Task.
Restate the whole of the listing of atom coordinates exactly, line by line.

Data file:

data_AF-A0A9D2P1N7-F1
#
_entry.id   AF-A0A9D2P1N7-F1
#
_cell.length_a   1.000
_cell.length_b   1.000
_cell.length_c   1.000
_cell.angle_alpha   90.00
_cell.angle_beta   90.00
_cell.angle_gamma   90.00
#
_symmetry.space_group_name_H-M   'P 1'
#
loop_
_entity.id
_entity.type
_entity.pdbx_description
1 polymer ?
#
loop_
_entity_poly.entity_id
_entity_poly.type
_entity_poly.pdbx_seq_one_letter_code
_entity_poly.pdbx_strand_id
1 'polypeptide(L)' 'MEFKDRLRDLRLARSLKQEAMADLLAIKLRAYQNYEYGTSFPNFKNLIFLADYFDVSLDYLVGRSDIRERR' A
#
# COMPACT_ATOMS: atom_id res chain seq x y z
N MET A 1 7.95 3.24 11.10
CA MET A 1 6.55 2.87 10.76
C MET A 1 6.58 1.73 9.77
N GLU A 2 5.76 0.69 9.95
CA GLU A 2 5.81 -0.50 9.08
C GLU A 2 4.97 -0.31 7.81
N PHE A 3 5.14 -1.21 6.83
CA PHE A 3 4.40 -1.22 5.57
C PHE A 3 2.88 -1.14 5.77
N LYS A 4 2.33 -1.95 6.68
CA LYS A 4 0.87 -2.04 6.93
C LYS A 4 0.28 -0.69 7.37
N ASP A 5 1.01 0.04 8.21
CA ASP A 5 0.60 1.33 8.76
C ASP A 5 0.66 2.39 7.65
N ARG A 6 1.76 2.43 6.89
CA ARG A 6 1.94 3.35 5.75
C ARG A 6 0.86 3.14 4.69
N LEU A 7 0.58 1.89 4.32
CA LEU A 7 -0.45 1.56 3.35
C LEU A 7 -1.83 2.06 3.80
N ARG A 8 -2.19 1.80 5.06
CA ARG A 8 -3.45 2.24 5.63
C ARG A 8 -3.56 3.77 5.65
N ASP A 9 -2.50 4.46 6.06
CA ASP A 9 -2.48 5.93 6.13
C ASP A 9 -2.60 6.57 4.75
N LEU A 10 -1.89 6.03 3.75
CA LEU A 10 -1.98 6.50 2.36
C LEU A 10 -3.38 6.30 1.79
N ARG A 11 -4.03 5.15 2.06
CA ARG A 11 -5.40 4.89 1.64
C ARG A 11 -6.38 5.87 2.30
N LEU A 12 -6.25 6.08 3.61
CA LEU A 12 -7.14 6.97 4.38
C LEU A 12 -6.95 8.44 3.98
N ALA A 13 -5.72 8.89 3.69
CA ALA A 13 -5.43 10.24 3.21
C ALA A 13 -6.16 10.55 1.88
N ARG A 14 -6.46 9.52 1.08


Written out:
data_AF-A0A9D2P1N7-F1
#
_entry.id   AF-A0A9D2P1N7-F1
#
_cell.length_a   1.000
_cell.length_b   1.000
_cell.length_c   1.000
_cell.angle_alpha   90.00
_cell.angle_beta   90.00
_cell.angle_gamma   90.00
#
_symmetry.space_group_name_H-M   'P 1'
#
loop_
_entity.id
_entity.type
_entity.pdbx_description
1 polymer ?
#
loop_
_entity_poly.entity_id
_entity_poly.type
_entity_poly.pdbx_seq_one_letter_code
_entity_poly.pdbx_strand_id
1 'polypeptide(L)' 'MEFKDRLRDLRLARSLKQEAMADLLAIKLRAYQNYEYGTSFPNFKNLIFLADYFDVSLDYLVGRSDIRERR' A
#
# COMPACT_ATOMS: atom_id res chain seq x y z
N MET A 1 7.95 3.24 11.10
CA MET A 1 6.55 2.87 10.76
C MET A 1 6.58 1.73 9.77
N GLU A 2 5.76 0.69 9.95
CA GLU A 2 5.81 -0.50 9.08
C GLU A 2 4.97 -0.31 7.81
N PHE A 3 5.14 -1.21 6.83
CA PHE A 3 4.40 -1.22 5.57
C PHE A 3 2.88 -1.14 5.77
N LYS A 4 2.33 -1.95 6.68
CA LYS A 4 0.87 -2.04 6.93
C LYS A 4 0.28 -0.69 7.37
N ASP A 5 1.01 0.04 8.21
CA ASP A 5 0.60 1.33 8.76
C ASP A 5 0.66 2.39 7.65
N ARG A 6 1.76 2.43 6.89
CA ARG A 6 1.94 3.35 5.75
C ARG A 6 0.86 3.14 4.69
N LEU A 7 0.58 1.89 4.32
CA LEU A 7 -0.45 1.56 3.35
C LEU A 7 -1.83 2.06 3.80
N ARG A 8 -2.19 1.80 5.06
CA ARG A 8 -3.45 2.24 5.63
C ARG A 8 -3.56 3.77 5.65
N ASP A 9 -2.50 4.46 6.06
CA ASP A 9 -2.48 5.93 6.13
C ASP A 9 -2.60 6.57 4.75
N LEU A 10 -1.89 6.03 3.75
CA LEU A 10 -1.98 6.50 2.36
C LEU A 10 -3.38 6.30 1.79
N ARG A 11 -4.03 5.15 2.06
CA ARG A 11 -5.40 4.89 1.64
C ARG A 11 -6.38 5.87 2.30
N LEU A 12 -6.25 6.08 3.61
CA LEU A 12 -7.14 6.97 4.38
C LEU A 12 -6.95 8.44 3.98
N ALA A 13 -5.72 8.89 3.69
CA ALA A 13 -5.43 10.24 3.21
C ALA A 13 -6.16 10.55 1.88
N ARG A 14 -6.46 9.52 1.08